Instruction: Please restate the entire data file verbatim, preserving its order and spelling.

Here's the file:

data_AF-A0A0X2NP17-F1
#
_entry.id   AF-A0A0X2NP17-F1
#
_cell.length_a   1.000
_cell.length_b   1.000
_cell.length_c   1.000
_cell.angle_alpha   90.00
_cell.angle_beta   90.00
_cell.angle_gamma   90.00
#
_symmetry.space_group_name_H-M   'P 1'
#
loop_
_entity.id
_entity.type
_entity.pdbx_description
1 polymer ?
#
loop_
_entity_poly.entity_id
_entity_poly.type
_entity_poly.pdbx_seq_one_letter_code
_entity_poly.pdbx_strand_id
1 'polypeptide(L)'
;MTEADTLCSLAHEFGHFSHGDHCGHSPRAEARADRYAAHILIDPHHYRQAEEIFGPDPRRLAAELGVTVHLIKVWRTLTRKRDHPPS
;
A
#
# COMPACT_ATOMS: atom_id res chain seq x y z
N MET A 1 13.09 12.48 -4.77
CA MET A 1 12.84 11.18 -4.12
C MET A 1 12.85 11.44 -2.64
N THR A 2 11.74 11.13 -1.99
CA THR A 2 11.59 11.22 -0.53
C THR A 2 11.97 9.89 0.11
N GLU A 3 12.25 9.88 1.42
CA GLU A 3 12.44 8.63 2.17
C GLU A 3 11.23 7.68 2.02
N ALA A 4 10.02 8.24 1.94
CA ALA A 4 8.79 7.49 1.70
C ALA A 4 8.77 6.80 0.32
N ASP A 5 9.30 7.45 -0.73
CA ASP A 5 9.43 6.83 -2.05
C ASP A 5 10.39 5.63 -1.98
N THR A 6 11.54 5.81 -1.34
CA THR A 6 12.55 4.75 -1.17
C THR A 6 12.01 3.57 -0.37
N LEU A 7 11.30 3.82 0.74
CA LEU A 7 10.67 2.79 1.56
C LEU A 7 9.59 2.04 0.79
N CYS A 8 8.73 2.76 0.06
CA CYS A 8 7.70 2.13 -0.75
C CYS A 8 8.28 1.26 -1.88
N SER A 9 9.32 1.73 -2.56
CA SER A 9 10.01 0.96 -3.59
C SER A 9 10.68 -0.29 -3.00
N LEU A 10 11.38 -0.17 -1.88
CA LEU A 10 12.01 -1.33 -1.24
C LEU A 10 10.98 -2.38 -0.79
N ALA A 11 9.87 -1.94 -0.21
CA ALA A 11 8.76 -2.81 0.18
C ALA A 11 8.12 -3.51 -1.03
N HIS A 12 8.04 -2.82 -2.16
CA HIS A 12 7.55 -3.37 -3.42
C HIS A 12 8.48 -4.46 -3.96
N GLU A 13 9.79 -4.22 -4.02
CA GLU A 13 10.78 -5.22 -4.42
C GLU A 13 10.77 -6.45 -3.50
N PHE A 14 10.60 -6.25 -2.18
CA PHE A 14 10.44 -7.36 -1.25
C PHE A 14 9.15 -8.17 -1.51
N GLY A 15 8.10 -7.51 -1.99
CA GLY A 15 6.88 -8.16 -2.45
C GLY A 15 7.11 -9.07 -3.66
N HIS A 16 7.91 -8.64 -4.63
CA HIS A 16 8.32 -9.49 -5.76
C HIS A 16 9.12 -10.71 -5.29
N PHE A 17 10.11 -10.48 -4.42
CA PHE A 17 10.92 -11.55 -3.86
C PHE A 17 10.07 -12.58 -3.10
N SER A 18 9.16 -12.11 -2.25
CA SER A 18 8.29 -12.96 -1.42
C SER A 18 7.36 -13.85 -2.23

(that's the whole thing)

data_AF-A0A0X2NP17-F1
#
_entry.id   AF-A0A0X2NP17-F1
#
_cell.length_a   1.000
_cell.length_b   1.000
_cell.length_c   1.000
_cell.angle_alpha   90.00
_cell.angle_beta   90.00
_cell.angle_gamma   90.00
#
_symmetry.space_group_name_H-M   'P 1'
#
loop_
_entity.id
_entity.type
_entity.pdbx_description
1 polymer ?
#
loop_
_entity_poly.entity_id
_entity_poly.type
_entity_poly.pdbx_seq_one_letter_code
_entity_poly.pdbx_strand_id
1 'polypeptide(L)'
;MTEADTLCSLAHEFGHFSHGDHCGHSPRAEARADRYAAHILIDPHHYRQAEEIFGPDPRRLAAELGVTVHLIKVWRTLTRKRDHPPS
;
A
#
# COMPACT_ATOMS: atom_id res chain seq x y z
N MET A 1 13.09 12.48 -4.77
CA MET A 1 12.84 11.18 -4.12
C MET A 1 12.85 11.44 -2.64
N THR A 2 11.74 11.13 -1.99
CA THR A 2 11.59 11.22 -0.53
C THR A 2 11.97 9.89 0.11
N GLU A 3 12.25 9.88 1.42
CA GLU A 3 12.44 8.63 2.17
C GLU A 3 11.23 7.68 2.02
N ALA A 4 10.02 8.24 1.94
CA ALA A 4 8.79 7.49 1.70
C ALA A 4 8.77 6.80 0.32
N ASP A 5 9.30 7.45 -0.73
CA ASP A 5 9.43 6.83 -2.05
C ASP A 5 10.39 5.63 -1.98
N THR A 6 11.54 5.81 -1.34
CA THR A 6 12.55 4.75 -1.17
C THR A 6 12.01 3.57 -0.37
N LEU A 7 11.30 3.82 0.74
CA LEU A 7 10.67 2.79 1.56
C LEU A 7 9.59 2.04 0.79
N CYS A 8 8.73 2.76 0.06
CA CYS A 8 7.70 2.13 -0.75
C CYS A 8 8.28 1.26 -1.88
N SER A 9 9.32 1.73 -2.56
CA SER A 9 10.01 0.96 -3.59
C SER A 9 10.68 -0.29 -3.00
N LEU A 10 11.38 -0.17 -1.88
CA LEU A 10 12.01 -1.33 -1.24
C LEU A 10 10.98 -2.38 -0.79
N ALA A 11 9.87 -1.94 -0.21
CA ALA A 11 8.76 -2.81 0.18
C ALA A 11 8.12 -3.51 -1.03
N HIS A 12 8.04 -2.82 -2.16
CA HIS A 12 7.55 -3.37 -3.42
C HIS A 12 8.48 -4.46 -3.96
N GLU A 13 9.79 -4.22 -4.02
CA GLU A 13 10.78 -5.22 -4.42
C GLU A 13 10.77 -6.45 -3.50
N PHE A 14 10.60 -6.25 -2.18
CA PHE A 14 10.44 -7.36 -1.25
C PHE A 14 9.15 -8.17 -1.51
N GLY A 15 8.10 -7.51 -1.99
CA GLY A 15 6.88 -8.16 -2.45
C GLY A 15 7.11 -9.07 -3.66
N HIS A 16 7.91 -8.64 -4.63
CA HIS A 16 8.32 -9.49 -5.76
C HIS A 16 9.12 -10.71 -5.29
N PHE A 17 10.11 -10.48 -4.42
CA PHE A 17 10.92 -11.55 -3.86
C PHE A 17 10.07 -12.58 -3.10
N SER A 18 9.16 -12.11 -2.25
CA SER A 18 8.29 -12.96 -1.42
C SER A 18 7.36 -13.85 -2.23